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Not Known
1983
Compilation
£5.95
English
ZX Spectrum 16K
None

Other Links


99
Chris Bourne

This tape contains four programs based on maze structures and is designed to help children develop spatial skills and forward planning.

In the first you must guide a rabbit through a maze, eating carrots on the way. This is fairly easy, the idea being to look ahead, and pick the shortest route to the exit.

There is only one proper route through. The second maze game is much more advanced. In this one, a kangaroo must be guided through, but the player must program the moves by selecting the required direction and then inputting how many moves are needed. The scope of the game expands with the player's growing skill, since the kangaroo's route through the entire maze can be planned and inputted before executing. To begin with a single move at a time can be executed by the computer. Incorrect entries are immediately highlighted on sound as well as on screen, while the entries made are slowly added in a column to the right of the display area.

The third program is called Picnic. Guide a hungry monster through a park and let him eat his lunch. The idea is that the monster should eat four items dotted randomly in the 'park', by visiting them in a pre-set order, and that this should be done without crossing his own trail or reversing on his trail. There are two levels, one with the playing squares clearly marked, and the second where the park is a solid area.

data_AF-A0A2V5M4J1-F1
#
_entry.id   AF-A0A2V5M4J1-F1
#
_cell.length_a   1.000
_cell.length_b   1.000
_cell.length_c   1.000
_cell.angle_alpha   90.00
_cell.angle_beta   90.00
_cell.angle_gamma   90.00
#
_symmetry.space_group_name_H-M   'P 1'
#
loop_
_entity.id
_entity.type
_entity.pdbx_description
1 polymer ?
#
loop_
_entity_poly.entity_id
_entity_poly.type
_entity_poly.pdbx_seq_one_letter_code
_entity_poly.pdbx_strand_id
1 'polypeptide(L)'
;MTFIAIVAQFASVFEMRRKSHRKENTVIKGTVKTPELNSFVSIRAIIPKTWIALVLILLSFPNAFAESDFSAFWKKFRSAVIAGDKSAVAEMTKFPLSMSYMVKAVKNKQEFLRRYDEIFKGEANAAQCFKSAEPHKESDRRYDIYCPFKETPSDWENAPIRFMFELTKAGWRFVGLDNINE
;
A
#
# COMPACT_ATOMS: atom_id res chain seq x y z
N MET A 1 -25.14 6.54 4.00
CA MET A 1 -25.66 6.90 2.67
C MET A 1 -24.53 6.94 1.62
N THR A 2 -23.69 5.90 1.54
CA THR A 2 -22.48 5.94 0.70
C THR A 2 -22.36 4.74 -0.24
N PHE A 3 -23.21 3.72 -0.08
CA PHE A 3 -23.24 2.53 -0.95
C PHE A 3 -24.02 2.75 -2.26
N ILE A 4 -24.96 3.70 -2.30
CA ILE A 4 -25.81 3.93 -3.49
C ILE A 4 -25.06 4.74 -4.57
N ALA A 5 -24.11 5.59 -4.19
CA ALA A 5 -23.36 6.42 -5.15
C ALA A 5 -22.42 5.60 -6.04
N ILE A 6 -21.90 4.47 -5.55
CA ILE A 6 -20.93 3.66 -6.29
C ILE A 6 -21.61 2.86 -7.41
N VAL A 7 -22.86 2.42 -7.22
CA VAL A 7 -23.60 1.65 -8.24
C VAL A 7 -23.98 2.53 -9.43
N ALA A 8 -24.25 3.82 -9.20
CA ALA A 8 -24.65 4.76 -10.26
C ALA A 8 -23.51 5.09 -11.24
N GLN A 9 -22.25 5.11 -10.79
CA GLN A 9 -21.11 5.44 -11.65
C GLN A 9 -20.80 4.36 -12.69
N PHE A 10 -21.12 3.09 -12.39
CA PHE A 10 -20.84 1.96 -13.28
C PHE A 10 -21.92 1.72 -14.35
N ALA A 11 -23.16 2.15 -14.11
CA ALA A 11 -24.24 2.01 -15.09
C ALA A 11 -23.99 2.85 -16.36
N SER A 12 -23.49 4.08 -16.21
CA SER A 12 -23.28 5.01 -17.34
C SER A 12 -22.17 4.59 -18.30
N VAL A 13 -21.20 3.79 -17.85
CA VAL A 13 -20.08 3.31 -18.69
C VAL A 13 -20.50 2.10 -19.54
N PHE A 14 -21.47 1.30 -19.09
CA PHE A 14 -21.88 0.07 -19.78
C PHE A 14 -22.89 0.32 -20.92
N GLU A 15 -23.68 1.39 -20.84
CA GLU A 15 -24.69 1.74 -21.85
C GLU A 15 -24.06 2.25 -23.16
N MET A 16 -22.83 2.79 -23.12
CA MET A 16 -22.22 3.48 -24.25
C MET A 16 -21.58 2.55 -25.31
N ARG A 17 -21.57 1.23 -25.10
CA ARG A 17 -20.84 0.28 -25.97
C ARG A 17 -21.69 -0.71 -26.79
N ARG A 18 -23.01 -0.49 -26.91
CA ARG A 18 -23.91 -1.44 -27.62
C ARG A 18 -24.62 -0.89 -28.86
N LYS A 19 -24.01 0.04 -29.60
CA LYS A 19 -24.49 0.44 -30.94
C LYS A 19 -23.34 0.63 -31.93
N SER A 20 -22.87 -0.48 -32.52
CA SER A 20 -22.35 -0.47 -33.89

The final game is Frogs. Guide a frog across the pond and collect frog friends on the way. The 'pond' is a grid of 7 squares by 10 across. In some there are water lillies, and in some there are frogs. The object is to discover the best way across that allows you to collect more frogs on the way, remembering that you cannot cross a square with a water lilly in it. This becomes a surprisingly subtle game, since not all the frogs are collectable - some may be unreachable because of the positions of the water lillies.

All four games use the cursor, or arrow keys, which are easily identifiable by the child playing. The graphics throughout are large and brightly coloured. These games should prove very entertaining to play as well as providing a very real challenge. The Kangaroo game actually leads the player in the direction of programming as well.

CRITICISM

Not Rated

Screenshot Text

Carrots prove better than sticks at forward planning.